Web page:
Number of Female Truck Drivers is Growing
An organization called Women in Trucking (WIT) was created by Ellen Voie in 2007 with three main goals: 1) Encourage women to become truck drivers and encourage trucking companies to hire them, 2) promote women’s accomplishments and 3) reduce any obstacle a woman in the trucking world might face. Today there are over 2,500 members (16% of them men) from carriers to drivers to students and other industry businesses and professionals.
As trucking companies across the nation are searching for the light at the end of the driver shortage tunnel, the number of women entering the trucking career field is slowly but steadily rising, partly because of the effort and work WIT puts forth. In 2010, 4.6% of the total drivers on our nation’s roads were women. That number has grown since then and was up to 5.8% by the end of 2015, according to a Bureau of Labor Statistics report.
Derek Leathers, the Chief Operating Officer of Werner Enterprises, says he expects to see women making up 10% of the 9,000 drivers at Werner by the end of this year. What’s more, he says, is that women have been outperforming men behind the wheel, at least at his company. National safety numbers are divided up be gender, but as his company, Leathers can see a difference. Women are getting in less accidents than men and score better on inspections and compliance matters as well. “It’s important to kind of rebuff the myths,” Leathers said during an industry conference held in Dallas. “They are winning in multiple categories across the fleet.”
Chief Executive Officer David Parker of Covenant Transportation Group Inc. in Chattanooga, Tenn. echoes Leather’s opinion. He said women are more cautious and remain more attentive while on the job. “They do a great job,” he said of his female truckers, which make up 16% of his total drivers, many who drive is pairs.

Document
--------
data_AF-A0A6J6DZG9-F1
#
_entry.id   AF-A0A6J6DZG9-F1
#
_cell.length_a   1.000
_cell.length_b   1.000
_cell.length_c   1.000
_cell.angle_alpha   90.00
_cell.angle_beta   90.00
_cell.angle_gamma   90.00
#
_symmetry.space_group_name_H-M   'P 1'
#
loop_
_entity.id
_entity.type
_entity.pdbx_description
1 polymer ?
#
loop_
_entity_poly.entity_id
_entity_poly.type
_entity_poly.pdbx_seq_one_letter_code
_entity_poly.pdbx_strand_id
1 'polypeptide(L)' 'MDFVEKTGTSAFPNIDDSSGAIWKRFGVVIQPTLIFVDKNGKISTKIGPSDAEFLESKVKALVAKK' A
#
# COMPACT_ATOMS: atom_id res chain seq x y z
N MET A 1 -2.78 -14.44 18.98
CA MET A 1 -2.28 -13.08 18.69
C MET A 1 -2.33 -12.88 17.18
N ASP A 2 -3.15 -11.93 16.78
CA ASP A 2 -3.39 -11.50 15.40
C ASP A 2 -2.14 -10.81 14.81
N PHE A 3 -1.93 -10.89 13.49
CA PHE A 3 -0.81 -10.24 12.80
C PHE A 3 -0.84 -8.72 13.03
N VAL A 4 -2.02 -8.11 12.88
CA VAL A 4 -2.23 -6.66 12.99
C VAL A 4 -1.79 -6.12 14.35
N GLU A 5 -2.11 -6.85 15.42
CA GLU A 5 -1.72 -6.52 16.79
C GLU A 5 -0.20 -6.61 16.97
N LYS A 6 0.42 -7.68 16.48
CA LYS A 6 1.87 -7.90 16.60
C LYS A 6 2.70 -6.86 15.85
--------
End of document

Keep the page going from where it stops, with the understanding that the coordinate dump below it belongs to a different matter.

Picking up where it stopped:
The trucker shortage is supposed to grow to a whopping 400,000 shortfall by the time 2017 rolls around. Many companies are creating recruitment campaigns aimed at women, touting overall higher pay and fancy new fleets with larger sleeping cabs and other trucking luxuries. Leather’s company is one of them. “We want to cast the net as wide as we can cast it,” Leathers said, “It’s an opportunity for the industry.”
Werner is working on a job recruitment effort to encourage more women applicants that will run in printed ads and radio commercials. Leathers said that to attract and keep female drivers working in the trucking industry, they need to be offered cleaner terminals and safer truck stops, trucks with automatic transmissions, and flexible schedules that would guarantee time at home. “Most of us are looking for any viable source of new talent,” he said. “I don’t think we’ve done a good job marketing to women.”
WIT has noticed that shippers, freight companies and truck makers are learning to pay more attention to the needs of women. Membership director for WIT, Char Pingel said, “Women don’t know they can do the job,” Pingel said. “It used to be burly truckers who endured without all the modern conveniences.” Pingel noted that some of these changes include allowing truckers to bring their pets along in the cab, creating seats that more adjustable, and making “no-touch” cargo so women aren’t required to do as much heavy lifting.
Leathers hopes to see more women entering the industry, as does WIT members, and it seems as if they both might get their wish. Now, where in the cab can we add a built in pedicure machine?